Follow-up on Oats by Donald D. Kasarda, Former Research Chemist for the United States Department of Agriculture
In 1994 I was diagnosed with celiac disease, which led me to create Celiac.com in 1995. I created this site for a single purpose: To help as many people as possible with celiac disease get diagnosed so they can begin to live happy, healthy gluten-free lives. Celiac.com was the first site on the Internet dedicated solely to celiac disease, and since then it has become an invaluable resource to people worldwide who seek information about celiac disease and the gluten-free diet.
In 1998 I created The Gluten-Free Mall, Your Special Diet Superstore! which was also another Internet first—it was the first gluten-free food site to offer a shopping cart-style interface, and the ability for people to order gluten-free products manufactured by many different companies at a single Web site.
I am also co-author of the book Cereal Killers, and founder and publisher of Journal of Gluten Sensitivity.
The following was written by Donald D. Kasarda who is a research chemist in the Crop Improvement and Utilization Research Unit of the United States Department of Agriculture. If you have any questions or comments regarding the piece, please address them to Don at: firstname.lastname@example.org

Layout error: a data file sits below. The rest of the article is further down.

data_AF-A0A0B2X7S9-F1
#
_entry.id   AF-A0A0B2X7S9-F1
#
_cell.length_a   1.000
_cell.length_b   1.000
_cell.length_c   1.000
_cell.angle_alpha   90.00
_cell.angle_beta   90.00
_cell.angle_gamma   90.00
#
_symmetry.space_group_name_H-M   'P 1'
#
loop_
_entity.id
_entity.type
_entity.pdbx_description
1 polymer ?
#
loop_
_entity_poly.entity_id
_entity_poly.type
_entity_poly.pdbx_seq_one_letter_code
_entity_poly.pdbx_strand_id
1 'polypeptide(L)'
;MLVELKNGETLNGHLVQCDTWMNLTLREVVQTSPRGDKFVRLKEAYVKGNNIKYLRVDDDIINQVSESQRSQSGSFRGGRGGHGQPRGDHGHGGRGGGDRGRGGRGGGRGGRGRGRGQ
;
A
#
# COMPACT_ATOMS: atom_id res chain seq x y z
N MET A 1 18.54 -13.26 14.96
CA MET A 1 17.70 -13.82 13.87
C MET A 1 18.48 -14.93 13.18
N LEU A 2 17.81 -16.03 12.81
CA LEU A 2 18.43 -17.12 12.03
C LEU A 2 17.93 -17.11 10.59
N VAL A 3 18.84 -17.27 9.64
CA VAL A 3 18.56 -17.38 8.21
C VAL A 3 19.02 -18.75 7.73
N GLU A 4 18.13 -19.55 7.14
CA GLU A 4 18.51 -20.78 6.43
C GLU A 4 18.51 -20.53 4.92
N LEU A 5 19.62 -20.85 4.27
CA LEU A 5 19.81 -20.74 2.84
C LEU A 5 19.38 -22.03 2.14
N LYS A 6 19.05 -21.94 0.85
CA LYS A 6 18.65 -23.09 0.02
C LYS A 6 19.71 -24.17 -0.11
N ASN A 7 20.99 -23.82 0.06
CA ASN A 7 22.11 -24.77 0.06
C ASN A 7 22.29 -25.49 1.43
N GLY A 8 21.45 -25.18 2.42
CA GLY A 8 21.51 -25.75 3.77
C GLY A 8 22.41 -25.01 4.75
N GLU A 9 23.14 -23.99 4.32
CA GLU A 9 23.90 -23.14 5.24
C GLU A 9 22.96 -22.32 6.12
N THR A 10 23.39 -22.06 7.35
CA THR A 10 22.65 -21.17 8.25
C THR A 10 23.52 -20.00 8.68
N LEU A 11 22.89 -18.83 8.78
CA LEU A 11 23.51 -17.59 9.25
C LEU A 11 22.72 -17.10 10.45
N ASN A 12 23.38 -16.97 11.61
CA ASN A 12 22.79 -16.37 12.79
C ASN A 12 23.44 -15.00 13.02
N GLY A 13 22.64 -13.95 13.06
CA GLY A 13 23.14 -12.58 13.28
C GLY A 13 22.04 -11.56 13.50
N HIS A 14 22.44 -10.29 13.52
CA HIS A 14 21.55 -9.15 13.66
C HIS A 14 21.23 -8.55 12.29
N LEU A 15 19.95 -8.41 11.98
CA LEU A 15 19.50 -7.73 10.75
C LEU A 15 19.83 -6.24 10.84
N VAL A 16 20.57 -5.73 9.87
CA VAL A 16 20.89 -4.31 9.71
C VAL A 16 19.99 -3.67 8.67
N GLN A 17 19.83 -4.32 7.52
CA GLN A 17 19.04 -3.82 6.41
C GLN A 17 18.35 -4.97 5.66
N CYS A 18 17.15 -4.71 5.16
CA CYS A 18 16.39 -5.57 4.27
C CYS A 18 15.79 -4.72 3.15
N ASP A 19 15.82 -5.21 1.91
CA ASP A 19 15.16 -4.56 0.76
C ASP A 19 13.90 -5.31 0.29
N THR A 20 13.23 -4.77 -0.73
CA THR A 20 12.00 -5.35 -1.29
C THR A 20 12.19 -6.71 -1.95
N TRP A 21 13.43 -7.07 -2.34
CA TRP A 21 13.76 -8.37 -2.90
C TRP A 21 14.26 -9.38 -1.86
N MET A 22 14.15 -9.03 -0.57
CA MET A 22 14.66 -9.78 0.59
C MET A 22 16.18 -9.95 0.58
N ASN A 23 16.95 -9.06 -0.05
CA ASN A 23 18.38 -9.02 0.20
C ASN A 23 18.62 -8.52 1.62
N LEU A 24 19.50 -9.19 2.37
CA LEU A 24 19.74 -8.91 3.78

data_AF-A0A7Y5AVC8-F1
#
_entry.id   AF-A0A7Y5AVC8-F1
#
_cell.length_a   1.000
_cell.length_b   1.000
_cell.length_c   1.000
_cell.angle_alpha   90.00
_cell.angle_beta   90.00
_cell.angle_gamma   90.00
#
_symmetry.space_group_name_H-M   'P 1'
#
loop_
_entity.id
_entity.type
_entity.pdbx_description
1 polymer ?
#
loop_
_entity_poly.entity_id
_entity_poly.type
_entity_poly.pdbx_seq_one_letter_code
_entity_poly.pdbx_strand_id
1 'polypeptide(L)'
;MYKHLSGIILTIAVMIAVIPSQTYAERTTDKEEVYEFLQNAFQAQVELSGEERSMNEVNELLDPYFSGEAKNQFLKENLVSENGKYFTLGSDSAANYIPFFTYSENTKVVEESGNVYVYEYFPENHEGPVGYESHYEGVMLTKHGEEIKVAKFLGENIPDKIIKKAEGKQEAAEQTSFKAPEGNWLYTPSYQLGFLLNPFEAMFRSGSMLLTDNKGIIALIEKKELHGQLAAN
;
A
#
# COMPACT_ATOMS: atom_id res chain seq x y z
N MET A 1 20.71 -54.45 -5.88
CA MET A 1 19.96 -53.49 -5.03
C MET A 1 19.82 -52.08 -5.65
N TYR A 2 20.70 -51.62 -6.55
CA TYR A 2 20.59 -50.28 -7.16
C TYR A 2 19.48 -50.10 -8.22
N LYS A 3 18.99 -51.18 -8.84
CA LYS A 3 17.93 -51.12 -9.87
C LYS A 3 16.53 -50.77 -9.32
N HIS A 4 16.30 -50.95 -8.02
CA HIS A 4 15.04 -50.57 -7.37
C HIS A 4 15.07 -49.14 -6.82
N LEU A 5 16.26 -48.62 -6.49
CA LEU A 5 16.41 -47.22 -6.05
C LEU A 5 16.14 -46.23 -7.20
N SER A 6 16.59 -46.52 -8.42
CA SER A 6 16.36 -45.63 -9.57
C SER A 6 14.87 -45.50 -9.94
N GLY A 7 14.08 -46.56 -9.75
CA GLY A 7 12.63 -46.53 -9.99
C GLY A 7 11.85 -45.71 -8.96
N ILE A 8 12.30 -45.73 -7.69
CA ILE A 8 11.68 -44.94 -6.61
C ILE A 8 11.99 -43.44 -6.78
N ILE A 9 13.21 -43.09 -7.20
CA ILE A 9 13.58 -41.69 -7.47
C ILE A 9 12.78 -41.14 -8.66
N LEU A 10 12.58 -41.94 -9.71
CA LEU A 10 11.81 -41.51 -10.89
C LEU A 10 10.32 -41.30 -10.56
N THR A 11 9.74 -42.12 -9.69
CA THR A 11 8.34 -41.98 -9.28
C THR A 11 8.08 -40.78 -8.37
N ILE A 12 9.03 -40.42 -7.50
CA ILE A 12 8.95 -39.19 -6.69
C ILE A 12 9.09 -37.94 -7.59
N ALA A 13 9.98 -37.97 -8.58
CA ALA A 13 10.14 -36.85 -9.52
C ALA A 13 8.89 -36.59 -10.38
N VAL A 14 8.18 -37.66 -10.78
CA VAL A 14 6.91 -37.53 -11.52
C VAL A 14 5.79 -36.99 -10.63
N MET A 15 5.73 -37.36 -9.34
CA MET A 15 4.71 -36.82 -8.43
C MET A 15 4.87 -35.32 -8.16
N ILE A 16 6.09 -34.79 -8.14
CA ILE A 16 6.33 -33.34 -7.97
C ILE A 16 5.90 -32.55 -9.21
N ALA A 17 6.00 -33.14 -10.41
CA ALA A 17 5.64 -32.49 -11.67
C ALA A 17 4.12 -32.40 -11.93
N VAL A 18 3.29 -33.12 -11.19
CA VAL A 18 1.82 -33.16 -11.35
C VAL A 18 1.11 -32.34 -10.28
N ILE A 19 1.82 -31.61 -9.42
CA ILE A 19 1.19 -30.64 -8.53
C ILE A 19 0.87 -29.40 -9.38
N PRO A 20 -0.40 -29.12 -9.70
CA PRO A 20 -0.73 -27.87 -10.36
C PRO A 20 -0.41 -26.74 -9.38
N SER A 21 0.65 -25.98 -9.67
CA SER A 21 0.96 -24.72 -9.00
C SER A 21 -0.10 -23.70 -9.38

The work from Prof. Auricchios laboratory (Troncone et al.) in Naples is certainly of interest and I shall look forward to seeing the details, but I will just point out for the sake of balance that studies with patients who ingest, or have instilled into their intestines, the substance to be tested represent the gold standard and in vitro testing (that is, in glass, or in the test-tube), while valuable, does not carry as much weight. The results from the Finnish group and from Dr. Feigherys group (not yet published), Dublin, Ireland, are very impressive. The results based on in vitro testing would have to be truly exceptional to undermine the excellent work that has been done on the safety of oats. So, we shall have to wait and see, but I doubt there is reason to be overly concerned just yet. As always, Celiac.com welcomes your comments (see below).
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